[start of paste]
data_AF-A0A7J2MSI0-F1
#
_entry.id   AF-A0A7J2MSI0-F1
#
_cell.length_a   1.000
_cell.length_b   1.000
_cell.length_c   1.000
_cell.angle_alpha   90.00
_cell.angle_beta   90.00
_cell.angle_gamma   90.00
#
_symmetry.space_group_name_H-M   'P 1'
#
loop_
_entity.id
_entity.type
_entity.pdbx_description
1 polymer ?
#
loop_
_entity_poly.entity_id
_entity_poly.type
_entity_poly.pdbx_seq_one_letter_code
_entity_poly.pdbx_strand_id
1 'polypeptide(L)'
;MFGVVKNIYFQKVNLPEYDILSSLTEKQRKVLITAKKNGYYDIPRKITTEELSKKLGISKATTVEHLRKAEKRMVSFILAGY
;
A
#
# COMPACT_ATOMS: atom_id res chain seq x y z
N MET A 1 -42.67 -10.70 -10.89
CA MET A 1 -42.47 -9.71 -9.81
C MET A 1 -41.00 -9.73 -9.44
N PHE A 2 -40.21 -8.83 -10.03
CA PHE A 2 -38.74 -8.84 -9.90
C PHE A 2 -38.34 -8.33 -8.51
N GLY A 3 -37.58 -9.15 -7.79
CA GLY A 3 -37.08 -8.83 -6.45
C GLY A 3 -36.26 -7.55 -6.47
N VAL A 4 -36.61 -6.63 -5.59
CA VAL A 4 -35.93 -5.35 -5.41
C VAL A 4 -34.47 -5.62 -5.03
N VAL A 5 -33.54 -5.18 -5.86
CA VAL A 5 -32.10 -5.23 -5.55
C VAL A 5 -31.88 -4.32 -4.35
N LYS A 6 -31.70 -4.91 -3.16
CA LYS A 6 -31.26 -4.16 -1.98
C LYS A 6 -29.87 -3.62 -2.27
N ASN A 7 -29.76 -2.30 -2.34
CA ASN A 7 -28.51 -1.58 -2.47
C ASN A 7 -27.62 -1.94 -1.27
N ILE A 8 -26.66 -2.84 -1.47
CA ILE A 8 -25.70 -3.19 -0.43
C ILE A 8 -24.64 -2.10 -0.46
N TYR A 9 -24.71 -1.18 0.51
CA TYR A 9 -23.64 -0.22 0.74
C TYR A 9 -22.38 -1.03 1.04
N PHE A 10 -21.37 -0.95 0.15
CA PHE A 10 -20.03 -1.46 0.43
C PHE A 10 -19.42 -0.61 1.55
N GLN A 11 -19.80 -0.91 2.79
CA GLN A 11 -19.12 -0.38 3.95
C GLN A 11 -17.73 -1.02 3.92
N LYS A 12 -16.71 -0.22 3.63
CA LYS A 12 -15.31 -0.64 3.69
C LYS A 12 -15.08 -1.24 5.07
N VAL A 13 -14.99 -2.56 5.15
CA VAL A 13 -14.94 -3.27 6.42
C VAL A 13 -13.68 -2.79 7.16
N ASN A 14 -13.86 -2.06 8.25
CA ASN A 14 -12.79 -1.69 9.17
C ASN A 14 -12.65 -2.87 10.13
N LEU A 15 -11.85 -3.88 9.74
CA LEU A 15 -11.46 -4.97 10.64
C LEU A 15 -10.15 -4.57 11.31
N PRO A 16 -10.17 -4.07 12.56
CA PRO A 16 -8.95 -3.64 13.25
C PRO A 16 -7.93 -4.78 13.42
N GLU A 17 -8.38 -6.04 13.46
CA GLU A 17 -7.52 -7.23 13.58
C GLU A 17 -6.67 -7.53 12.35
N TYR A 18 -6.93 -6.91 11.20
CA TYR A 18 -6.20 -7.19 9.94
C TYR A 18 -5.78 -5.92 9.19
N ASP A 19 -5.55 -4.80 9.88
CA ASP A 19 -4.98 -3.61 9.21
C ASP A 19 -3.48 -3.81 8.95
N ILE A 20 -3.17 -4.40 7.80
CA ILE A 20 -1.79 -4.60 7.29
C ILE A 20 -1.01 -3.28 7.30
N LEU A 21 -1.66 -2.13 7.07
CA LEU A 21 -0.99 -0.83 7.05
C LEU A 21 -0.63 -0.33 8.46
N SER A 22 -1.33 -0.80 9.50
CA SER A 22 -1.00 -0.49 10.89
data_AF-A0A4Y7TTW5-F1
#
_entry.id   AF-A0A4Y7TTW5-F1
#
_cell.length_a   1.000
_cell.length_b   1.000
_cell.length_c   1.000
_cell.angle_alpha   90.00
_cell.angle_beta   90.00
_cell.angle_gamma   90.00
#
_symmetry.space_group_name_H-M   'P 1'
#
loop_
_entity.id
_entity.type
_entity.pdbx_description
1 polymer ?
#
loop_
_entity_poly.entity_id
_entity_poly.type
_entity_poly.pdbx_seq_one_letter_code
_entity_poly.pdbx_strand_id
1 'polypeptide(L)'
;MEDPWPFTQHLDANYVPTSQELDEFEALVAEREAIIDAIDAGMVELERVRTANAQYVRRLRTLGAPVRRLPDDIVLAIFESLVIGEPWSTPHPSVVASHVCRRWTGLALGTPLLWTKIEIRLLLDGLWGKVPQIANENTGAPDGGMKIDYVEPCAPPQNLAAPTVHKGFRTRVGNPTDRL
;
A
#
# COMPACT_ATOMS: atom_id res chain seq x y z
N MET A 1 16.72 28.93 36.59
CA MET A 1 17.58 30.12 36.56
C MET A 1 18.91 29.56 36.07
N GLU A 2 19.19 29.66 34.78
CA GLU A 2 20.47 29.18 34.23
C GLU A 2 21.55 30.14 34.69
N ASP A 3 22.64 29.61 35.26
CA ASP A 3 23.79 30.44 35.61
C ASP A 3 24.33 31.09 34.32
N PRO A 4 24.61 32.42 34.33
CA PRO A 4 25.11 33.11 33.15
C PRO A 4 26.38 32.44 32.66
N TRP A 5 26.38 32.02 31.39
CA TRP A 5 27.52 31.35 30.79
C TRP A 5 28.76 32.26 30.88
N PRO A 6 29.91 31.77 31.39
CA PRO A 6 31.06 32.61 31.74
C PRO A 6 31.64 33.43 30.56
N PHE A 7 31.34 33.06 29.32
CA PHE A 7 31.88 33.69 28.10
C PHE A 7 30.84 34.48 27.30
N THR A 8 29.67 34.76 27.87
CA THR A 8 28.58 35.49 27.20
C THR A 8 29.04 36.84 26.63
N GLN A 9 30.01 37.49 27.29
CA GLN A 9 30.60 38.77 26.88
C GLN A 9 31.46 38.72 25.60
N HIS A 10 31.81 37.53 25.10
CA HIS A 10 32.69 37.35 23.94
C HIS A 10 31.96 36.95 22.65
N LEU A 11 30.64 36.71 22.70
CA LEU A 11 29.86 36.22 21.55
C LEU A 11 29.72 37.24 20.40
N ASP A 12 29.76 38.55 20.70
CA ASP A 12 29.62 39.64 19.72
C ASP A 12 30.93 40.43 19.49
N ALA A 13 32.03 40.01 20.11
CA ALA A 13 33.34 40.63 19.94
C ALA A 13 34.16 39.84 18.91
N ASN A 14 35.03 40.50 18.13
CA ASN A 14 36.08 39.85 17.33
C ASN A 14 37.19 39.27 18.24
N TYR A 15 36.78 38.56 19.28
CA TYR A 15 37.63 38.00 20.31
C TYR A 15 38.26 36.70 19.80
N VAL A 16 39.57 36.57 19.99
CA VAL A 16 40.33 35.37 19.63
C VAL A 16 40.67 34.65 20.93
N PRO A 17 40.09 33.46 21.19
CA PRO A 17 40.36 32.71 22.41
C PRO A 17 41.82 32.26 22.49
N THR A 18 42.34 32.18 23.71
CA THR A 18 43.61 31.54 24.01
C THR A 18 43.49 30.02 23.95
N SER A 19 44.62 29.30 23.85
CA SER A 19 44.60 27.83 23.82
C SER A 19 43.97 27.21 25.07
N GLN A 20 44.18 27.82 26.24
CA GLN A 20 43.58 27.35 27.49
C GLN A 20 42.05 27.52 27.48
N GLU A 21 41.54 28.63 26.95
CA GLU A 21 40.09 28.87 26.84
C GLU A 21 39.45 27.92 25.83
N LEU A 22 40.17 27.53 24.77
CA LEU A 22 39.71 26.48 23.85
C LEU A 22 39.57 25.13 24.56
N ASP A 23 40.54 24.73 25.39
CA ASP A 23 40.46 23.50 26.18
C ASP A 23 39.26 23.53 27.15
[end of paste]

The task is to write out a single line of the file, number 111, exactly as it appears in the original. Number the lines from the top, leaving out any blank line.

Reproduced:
_entity.type